Sabbath, June 2, 2012
“There shall not any man be able to stand before thee all the days of thy life: as I was with Moses, so I will be with thee: I will not fail thee, nor forsake thee.” Joshua 1:5.
Plans for Israel
1. How was Israel’s new leader set apart for his great mission? What did God want for the good and spiritual prosperity of His people?
Numbers 27:17-20 Which may go out before them, and which may go in before them, and which may lead them out, and which may bring them in; that the congregation of the Lord be not as sheep which have no shepherd. And the Lord said unto Moses, Take thee Joshua the son of Nun, a man in whom is the spirit, and lay thine hand upon him; And set him before Eleazar the priest, and before all the congregation; and give him a charge in their sight. And thou shalt put some of thine honour upon him, that all the congregation of the children of Israel may be obedient.
Deuteronomy 10:12, 13 And now, Israel, what doth the Lord thy God require of thee, but to fear the Lord thy God, to walk in all his ways, and to love him, and to serve the Lord thy God with all thy heart and with all thy soul, To keep the commandments of the Lord, and his statutes, which I command thee this day for thy good?
Deuteronomy 10:16 Circumcise therefore the foreskin of your heart, and be no more stiffnecked.
“After the death of Moses, Joshua was to be the leader of Israel, to conduct them to the Promised Land. He had been prime minister to Moses during the greater part of the time the Israelites had wandered in the wilderness. He had seen the wonderful works of God wrought by Moses, and well understood the disposition of the people. He was one of the twelve spies who were sent out to search the Promised Land, and one of the two who gave a faithful account of its richness and who encouraged the people to go up in the strength of God to possess it. He was well qualified for this important office. The Lord promised Joshua to be with him as He had been with Moses, and to make Canaan fall as easy conquest to him, provided he would be faithful to observe all His commandments.” –The Story of Redemption, p. 175.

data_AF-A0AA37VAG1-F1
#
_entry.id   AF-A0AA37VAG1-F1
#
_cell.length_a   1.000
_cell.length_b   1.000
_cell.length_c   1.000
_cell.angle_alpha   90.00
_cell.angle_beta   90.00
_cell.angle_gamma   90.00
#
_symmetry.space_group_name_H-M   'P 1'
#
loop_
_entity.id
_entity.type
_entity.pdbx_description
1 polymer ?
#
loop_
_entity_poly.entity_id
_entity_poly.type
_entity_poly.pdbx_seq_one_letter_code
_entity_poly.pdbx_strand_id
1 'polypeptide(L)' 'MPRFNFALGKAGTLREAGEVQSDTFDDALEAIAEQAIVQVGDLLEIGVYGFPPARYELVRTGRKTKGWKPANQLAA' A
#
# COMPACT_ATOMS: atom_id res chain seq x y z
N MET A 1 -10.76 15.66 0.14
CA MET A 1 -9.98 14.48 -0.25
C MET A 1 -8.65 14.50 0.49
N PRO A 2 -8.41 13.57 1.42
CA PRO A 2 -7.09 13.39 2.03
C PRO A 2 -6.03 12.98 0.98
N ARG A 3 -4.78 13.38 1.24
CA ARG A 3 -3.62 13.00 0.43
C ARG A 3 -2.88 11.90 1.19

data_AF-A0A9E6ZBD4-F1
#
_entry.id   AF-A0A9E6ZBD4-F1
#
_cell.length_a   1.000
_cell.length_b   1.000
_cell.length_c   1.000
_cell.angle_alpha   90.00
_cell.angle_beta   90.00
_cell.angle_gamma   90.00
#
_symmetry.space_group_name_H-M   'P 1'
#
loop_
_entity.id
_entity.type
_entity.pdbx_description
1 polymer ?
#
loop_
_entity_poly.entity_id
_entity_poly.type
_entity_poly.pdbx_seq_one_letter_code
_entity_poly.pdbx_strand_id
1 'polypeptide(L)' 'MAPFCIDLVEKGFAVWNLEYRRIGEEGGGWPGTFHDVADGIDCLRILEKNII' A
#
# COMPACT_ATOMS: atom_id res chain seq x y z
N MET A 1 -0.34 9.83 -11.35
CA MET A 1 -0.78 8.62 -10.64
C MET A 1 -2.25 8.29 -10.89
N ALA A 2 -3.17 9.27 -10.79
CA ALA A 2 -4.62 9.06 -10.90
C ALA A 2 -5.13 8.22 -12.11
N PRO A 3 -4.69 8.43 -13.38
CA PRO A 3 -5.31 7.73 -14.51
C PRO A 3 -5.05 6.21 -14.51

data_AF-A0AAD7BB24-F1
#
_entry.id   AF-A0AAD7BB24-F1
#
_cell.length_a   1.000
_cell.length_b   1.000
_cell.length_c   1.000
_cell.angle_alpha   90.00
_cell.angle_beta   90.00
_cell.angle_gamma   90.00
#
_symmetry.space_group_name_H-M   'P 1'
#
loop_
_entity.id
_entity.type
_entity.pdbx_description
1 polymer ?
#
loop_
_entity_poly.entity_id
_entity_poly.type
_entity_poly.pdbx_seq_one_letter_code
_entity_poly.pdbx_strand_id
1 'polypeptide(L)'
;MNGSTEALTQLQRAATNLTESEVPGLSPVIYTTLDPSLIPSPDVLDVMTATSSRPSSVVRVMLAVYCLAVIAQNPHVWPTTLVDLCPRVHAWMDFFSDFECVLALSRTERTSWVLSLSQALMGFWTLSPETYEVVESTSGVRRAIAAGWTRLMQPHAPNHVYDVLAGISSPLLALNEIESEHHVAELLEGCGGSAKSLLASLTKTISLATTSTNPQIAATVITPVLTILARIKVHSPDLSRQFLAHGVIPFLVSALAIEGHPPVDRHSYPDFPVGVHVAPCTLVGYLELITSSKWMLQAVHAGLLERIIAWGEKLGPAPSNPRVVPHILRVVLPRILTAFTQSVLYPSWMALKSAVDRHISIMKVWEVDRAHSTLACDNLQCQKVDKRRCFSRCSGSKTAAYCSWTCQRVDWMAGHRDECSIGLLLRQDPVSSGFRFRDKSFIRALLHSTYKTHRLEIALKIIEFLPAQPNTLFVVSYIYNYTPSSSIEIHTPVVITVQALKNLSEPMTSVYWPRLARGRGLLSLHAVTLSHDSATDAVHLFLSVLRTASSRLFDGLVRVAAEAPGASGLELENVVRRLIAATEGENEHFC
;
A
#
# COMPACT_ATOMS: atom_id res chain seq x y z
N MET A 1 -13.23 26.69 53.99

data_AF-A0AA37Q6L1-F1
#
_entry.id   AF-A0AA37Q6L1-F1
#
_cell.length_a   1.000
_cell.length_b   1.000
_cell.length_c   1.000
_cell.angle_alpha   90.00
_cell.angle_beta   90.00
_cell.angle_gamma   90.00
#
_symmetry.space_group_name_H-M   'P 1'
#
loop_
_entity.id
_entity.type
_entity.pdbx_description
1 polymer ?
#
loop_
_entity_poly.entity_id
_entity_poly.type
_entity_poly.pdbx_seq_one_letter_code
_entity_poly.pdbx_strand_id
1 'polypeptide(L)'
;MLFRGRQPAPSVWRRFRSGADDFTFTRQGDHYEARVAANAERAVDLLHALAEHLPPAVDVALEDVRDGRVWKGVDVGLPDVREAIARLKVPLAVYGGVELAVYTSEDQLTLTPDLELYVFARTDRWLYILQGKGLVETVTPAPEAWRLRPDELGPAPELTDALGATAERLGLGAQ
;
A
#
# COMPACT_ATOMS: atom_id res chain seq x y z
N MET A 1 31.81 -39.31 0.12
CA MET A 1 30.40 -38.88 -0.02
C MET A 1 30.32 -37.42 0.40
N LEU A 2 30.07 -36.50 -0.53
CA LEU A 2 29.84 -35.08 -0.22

2. In addition to others, what consistent promise did Israel receive? Similarly, what is promised to modern Israel?
Deuteronomy 9:5, 6 Not for thy righteousness, or for the uprightness of thine heart, dost thou go to possess their land: but for the wickedness of these nations the Lord thy God doth drive them out from before thee, and that he may perform the word which the Lord sware unto thy fathers, Abraham, Isaac, and Jacob. Understand therefore, that the Lord thy God giveth thee not this good land to possess it for thy righteousness; for thou art a stiffnecked people.
Revelation 21:7 He that overcometh shall inherit all things; and I will be his God, and he shall be my son.
“We shall be saved eternally when we enter in through the gates into the city. Then we may rejoice that we are saved, eternally saved. But until then we need to heed the injunction of the apostle, and to ‘fear, lest, a promise being left us of entering into his rest, any of us should seem to come short of it’ (Hebrews 4:1). Having a knowledge of Canaan, singing the songs of Canaan, rejoicing in the prospect of entering into Canaan, did not bring the children of Israel into the vineyards and olive groves of the Promised Land. They could make it theirs in truth only by occupation, by complying with the conditions, by exercising living faith in God, by appropriating His promises to themselves.…” –That I May Know Him, p. 162.
Another memorable crossing
3. What encouraging message did Joshua receive just before crossing the Jordan? How does the Spirit of prophecy describe Israel’s leader?
Joshua 3:7 And the Lord said unto Joshua, This day will I begin to magnify thee in the sight of all Israel, that they may know that, as I was with Moses, so I will be with thee.
Joshua 3:10, 11 And Joshua said, Hereby ye shall know that the living God is among you, and that he will without fail drive out from before you the Canaanites, and the Hittites, and the Hivites, and the Perizzites, and the Girgashites, and the Amorites, and the Jebusites. Behold, the ark of the covenant of the Lord of all the earth passeth over before you into Jordan.